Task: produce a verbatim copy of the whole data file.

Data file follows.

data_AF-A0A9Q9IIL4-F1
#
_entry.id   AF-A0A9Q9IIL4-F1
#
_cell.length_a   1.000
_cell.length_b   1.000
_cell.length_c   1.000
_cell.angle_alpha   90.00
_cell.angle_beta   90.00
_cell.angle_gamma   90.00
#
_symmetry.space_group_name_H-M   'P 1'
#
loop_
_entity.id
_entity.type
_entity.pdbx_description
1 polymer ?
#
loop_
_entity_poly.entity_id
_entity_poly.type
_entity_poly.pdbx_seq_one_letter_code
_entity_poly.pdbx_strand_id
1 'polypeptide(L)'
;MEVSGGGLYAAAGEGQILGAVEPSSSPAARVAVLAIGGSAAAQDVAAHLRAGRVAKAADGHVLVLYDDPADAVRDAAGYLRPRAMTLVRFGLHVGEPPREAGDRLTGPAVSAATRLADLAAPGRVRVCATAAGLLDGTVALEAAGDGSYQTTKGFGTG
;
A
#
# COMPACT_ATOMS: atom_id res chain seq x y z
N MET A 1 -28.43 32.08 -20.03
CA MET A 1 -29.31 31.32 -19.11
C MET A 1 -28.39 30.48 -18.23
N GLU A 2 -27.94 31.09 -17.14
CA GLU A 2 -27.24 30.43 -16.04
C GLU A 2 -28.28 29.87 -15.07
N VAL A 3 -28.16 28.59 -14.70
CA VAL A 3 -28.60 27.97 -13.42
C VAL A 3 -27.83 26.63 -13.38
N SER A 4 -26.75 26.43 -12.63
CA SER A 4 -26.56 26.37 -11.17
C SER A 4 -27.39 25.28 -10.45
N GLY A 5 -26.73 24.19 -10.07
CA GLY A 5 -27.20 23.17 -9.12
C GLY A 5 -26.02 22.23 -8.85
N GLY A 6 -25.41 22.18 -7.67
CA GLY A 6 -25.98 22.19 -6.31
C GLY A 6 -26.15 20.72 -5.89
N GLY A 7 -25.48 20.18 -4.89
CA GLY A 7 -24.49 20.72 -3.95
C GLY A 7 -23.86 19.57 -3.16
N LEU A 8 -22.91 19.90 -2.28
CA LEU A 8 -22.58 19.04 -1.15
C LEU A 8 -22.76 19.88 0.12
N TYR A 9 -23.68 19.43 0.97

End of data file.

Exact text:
data_AF-A0A9Q9IIL4-F1
#
_entry.id   AF-A0A9Q9IIL4-F1
#
_cell.length_a   1.000
_cell.length_b   1.000
_cell.length_c   1.000
_cell.angle_alpha   90.00
_cell.angle_beta   90.00
_cell.angle_gamma   90.00
#
_symmetry.space_group_name_H-M   'P 1'
#
loop_
_entity.id
_entity.type
_entity.pdbx_description
1 polymer ?
#
loop_
_entity_poly.entity_id
_entity_poly.type
_entity_poly.pdbx_seq_one_letter_code
_entity_poly.pdbx_strand_id
1 'polypeptide(L)'
;MEVSGGGLYAAAGEGQILGAVEPSSSPAARVAVLAIGGSAAAQDVAAHLRAGRVAKAADGHVLVLYDDPADAVRDAAGYLRPRAMTLVRFGLHVGEPPREAGDRLTGPAVSAATRLADLAAPGRVRVCATAAGLLDGTVALEAAGDGSYQTTKGFGTG
;
A
#
# COMPACT_ATOMS: atom_id res chain seq x y z
N MET A 1 -28.43 32.08 -20.03
CA MET A 1 -29.31 31.32 -19.11
C MET A 1 -28.39 30.48 -18.23
N GLU A 2 -27.94 31.09 -17.14
CA GLU A 2 -27.24 30.43 -16.04
C GLU A 2 -28.28 29.87 -15.07
N VAL A 3 -28.16 28.59 -14.70
CA VAL A 3 -28.60 27.97 -13.42
C VAL A 3 -27.83 26.63 -13.38
N SER A 4 -26.75 26.43 -12.63
CA SER A 4 -26.56 26.37 -11.17
C SER A 4 -27.39 25.28 -10.45
N GLY A 5 -26.73 24.19 -10.07
CA GLY A 5 -27.20 23.17 -9.12
C GLY A 5 -26.02 22.23 -8.85
N GLY A 6 -25.41 22.18 -7.67
CA GLY A 6 -25.98 22.19 -6.31
C GLY A 6 -26.15 20.72 -5.89
N GLY A 7 -25.48 20.18 -4.89
CA GLY A 7 -24.49 20.72 -3.95
C GLY A 7 -23.86 19.57 -3.16
N LEU A 8 -22.91 19.90 -2.28
CA LEU A 8 -22.58 19.04 -1.15
C LEU A 8 -22.76 19.88 0.12
N TYR A 9 -23.68 19.43 0.97